EMDR for Addiction and Trauma
EMDR, or Eye Movement Desensitizing and Reprocessing Therapy is an innovative trauma recovery technique offered by Just Believe Recovery Center. During a session, the therapist engages the patient in a stimulation exercise in which past trauma is discussed.
Simultaneously, different parts of the brain are activated through a series of eye movements, often facilitated by moving lights or objects. By alternating between positive and negative thoughts with corresponding eye movement, the brain begins to desensitize itself to negative images and memories.
How does EMDR work?
While the exact reason why EMDR is effective at eradicating negative memories is uncertain, many neuropsychologists contend that this technique enables the patient to accelerate the emotional processing of trauma-related thoughts and feelings – thus gaining insight and making progress toward closure. This is not dissimilar to the rapid accessing of information during REM sleep, which is believed to help reduce anxiety.
This effect was first encountered in 1989 by psychotherapist Francine Shapiro, Ph.D., who admitted the discovery was an accident. Along with associates, she developed multiple procedures for bilateral stimulation through trial, error, and refinement. Additional improvements have been made by research centers worldwide.
What does EMDR treat?
EMDP treats a range of emotional and behavioral problems, including substance abuse, depression, anxiety, PTSD, eating disorders, and other self-destructive behaviors.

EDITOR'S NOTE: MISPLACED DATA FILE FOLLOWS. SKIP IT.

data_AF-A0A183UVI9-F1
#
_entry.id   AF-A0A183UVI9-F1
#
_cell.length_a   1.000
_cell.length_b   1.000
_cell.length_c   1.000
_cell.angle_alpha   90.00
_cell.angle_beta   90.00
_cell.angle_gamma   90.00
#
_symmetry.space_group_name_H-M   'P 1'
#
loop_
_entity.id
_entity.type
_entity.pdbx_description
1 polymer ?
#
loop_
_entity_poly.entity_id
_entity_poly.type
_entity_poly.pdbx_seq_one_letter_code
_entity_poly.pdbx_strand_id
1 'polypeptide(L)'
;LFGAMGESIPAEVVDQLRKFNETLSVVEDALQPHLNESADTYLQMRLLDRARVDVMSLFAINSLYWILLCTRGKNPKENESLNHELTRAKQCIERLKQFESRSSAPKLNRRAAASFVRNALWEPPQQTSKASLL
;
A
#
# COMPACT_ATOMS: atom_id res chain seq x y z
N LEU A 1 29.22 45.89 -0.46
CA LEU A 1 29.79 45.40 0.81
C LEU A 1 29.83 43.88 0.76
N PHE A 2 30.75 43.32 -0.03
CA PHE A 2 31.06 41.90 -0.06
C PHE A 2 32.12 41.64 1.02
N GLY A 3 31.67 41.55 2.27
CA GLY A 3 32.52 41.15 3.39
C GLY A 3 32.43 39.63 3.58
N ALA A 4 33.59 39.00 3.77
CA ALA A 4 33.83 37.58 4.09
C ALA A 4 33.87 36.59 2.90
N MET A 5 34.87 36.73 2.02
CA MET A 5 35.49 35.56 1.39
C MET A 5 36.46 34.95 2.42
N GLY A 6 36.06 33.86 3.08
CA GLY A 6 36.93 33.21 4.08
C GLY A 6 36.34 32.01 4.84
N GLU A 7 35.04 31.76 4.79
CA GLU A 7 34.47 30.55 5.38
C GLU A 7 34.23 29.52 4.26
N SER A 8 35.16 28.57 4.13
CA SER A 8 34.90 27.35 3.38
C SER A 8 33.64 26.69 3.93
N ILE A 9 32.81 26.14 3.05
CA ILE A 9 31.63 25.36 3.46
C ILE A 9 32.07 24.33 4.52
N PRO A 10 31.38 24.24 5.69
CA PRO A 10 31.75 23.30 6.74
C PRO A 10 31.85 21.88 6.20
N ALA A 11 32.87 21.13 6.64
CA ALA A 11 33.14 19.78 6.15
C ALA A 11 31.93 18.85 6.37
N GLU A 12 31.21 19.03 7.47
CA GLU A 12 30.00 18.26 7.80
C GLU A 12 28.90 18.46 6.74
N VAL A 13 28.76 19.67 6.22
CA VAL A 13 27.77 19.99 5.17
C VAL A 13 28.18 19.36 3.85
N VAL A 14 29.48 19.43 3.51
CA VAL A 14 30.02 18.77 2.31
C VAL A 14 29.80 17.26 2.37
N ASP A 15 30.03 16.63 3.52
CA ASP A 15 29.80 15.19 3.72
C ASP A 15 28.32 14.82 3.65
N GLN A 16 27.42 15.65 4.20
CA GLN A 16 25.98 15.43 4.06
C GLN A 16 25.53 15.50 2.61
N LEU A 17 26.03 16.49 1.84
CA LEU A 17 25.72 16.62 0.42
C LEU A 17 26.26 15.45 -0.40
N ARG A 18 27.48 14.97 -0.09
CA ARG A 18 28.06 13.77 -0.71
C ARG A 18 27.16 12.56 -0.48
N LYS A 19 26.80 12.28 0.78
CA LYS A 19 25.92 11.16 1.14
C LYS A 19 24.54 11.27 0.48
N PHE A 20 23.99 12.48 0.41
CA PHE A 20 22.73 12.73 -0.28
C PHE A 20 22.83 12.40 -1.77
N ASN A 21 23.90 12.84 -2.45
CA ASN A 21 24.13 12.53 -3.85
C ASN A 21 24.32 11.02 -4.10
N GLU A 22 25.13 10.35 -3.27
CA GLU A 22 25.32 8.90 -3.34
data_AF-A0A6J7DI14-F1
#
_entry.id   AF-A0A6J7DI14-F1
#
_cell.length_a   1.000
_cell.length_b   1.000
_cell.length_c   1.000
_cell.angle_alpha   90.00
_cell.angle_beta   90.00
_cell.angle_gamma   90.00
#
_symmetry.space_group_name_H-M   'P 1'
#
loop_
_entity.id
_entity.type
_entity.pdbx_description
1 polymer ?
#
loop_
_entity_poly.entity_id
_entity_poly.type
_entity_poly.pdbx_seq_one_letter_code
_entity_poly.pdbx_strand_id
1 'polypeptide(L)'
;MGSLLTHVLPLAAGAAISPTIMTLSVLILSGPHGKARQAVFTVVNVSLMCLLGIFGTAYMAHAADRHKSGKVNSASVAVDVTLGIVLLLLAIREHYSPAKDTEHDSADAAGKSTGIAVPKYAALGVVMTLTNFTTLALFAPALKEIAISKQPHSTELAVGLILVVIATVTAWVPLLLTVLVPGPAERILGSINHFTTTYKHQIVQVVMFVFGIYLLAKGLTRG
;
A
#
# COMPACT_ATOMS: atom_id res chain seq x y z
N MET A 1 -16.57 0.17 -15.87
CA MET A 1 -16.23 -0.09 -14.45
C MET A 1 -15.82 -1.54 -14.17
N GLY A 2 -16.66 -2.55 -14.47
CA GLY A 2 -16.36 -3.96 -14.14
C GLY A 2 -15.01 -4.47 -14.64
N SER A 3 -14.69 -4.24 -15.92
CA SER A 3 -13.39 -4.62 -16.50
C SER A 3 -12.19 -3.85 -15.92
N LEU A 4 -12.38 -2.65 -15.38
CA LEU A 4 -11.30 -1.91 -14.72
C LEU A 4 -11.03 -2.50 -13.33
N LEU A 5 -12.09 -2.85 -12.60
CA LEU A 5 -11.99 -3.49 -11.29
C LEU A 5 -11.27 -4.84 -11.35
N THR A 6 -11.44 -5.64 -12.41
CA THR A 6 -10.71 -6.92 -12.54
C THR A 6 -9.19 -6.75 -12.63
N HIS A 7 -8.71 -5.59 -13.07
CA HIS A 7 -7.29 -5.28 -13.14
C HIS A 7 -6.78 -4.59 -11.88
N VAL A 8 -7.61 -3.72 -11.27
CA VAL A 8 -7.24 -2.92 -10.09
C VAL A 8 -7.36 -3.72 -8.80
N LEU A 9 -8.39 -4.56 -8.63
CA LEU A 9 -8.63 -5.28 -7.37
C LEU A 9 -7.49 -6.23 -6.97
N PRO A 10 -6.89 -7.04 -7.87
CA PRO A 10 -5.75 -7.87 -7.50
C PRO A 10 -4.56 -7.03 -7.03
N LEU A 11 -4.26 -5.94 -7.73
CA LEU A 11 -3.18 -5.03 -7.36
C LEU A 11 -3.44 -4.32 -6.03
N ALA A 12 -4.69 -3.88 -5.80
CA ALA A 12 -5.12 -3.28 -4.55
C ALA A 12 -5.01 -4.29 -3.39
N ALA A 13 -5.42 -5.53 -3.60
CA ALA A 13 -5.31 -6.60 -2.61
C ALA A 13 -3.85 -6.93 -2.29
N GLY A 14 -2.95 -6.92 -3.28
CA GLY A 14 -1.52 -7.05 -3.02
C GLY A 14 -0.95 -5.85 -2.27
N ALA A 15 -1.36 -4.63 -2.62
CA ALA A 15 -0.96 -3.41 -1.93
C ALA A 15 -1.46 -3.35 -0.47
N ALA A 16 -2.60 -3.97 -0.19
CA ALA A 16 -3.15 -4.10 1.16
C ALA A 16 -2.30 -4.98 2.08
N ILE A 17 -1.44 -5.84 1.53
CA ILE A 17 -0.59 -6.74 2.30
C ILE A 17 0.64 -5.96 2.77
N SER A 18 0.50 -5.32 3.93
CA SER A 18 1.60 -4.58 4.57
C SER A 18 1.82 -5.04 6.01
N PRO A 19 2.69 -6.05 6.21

Many of these mental health issues are partially the result of some trauma we have experienced, ranging from childhood to very recent events. The typical human response is to forget the trauma, but this does not allow the person to heal or come to any productive resolution.
Other models, such as cognitive behavioral therapy, have had some success by helping the patient to modify thoughts, feelings, and behaviors in addition to improved coping skills.
How does EMDR treat addiction?
Addiction may occur, in part, due to trauma or stressful life events. The person uses substances to self-medicate, or temporarily repress/forget traumatic memories.
Comorbidity (multiple illnesses) is common among both trauma victims and addicts, and the two conditions often present together, making each difficult to treat individually.
While EMDR is not a cure for addiction, it may effectively treat the underlying reason (trauma) for self-medication. Often, it is most effective when combined with other therapies, appropriate medication, or group support.
How effective is EMDR?
EMDR has proven to be effective in both clinical trials and practice. For example, the Journal of EMDR Practice and Research (2009) followed an addict who had been treated several times in a drug rehabilitation center. Although she had relapsed each time soon after release, the addition of the EMDR technique led to 1.5 years of abstinence – more than a three-fold increase in sobriety. She also reported improved quality of life.
Most significantly, EMDR is approved for treatment of PTSD by both the American Psychological Association and the Department of Defense. Current research reveals up to a 90% success rate for a variety of trauma, including both single and multiple events. The number of sessions varies, determinate upon the level of trauma, the length of trauma exposure, or the response of the patient.